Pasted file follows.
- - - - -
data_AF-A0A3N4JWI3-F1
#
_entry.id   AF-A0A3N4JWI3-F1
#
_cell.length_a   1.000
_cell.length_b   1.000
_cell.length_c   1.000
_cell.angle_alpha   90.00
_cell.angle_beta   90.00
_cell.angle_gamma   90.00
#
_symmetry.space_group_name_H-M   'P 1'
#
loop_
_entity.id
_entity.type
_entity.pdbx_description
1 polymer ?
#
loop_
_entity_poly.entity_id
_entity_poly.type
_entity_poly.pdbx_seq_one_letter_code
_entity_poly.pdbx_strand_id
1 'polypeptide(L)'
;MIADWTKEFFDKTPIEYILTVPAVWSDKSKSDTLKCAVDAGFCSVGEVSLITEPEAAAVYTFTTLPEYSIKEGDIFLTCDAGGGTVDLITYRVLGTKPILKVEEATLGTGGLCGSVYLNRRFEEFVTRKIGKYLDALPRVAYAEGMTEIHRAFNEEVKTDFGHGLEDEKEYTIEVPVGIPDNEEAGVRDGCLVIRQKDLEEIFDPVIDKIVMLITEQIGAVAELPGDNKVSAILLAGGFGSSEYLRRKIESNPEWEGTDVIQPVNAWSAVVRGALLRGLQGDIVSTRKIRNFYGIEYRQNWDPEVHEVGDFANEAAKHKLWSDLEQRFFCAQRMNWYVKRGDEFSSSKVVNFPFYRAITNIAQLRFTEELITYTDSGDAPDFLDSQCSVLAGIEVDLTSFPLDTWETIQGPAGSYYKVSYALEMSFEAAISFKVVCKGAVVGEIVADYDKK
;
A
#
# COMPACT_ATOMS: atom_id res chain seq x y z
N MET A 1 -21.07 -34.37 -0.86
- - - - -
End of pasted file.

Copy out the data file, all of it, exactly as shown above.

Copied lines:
data_AF-A0A3N4JWI3-F1
#
_entry.id   AF-A0A3N4JWI3-F1
#
_cell.length_a   1.000
_cell.length_b   1.000
_cell.length_c   1.000
_cell.angle_alpha   90.00
_cell.angle_beta   90.00
_cell.angle_gamma   90.00
#
_symmetry.space_group_name_H-M   'P 1'
#
loop_
_entity.id
_entity.type
_entity.pdbx_description
1 polymer ?
#
loop_
_entity_poly.entity_id
_entity_poly.type
_entity_poly.pdbx_seq_one_letter_code
_entity_poly.pdbx_strand_id
1 'polypeptide(L)'
;MIADWTKEFFDKTPIEYILTVPAVWSDKSKSDTLKCAVDAGFCSVGEVSLITEPEAAAVYTFTTLPEYSIKEGDIFLTCDAGGGTVDLITYRVLGTKPILKVEEATLGTGGLCGSVYLNRRFEEFVTRKIGKYLDALPRVAYAEGMTEIHRAFNEEVKTDFGHGLEDEKEYTIEVPVGIPDNEEAGVRDGCLVIRQKDLEEIFDPVIDKIVMLITEQIGAVAELPGDNKVSAILLAGGFGSSEYLRRKIESNPEWEGTDVIQPVNAWSAVVRGALLRGLQGDIVSTRKIRNFYGIEYRQNWDPEVHEVGDFANEAAKHKLWSDLEQRFFCAQRMNWYVKRGDEFSSSKVVNFPFYRAITNIAQLRFTEELITYTDSGDAPDFLDSQCSVLAGIEVDLTSFPLDTWETIQGPAGSYYKVSYALEMSFEAAISFKVVCKGAVVGEIVADYDKK
;
A
#
# COMPACT_ATOMS: atom_id res chain seq x y z
N MET A 1 -21.07 -34.37 -0.86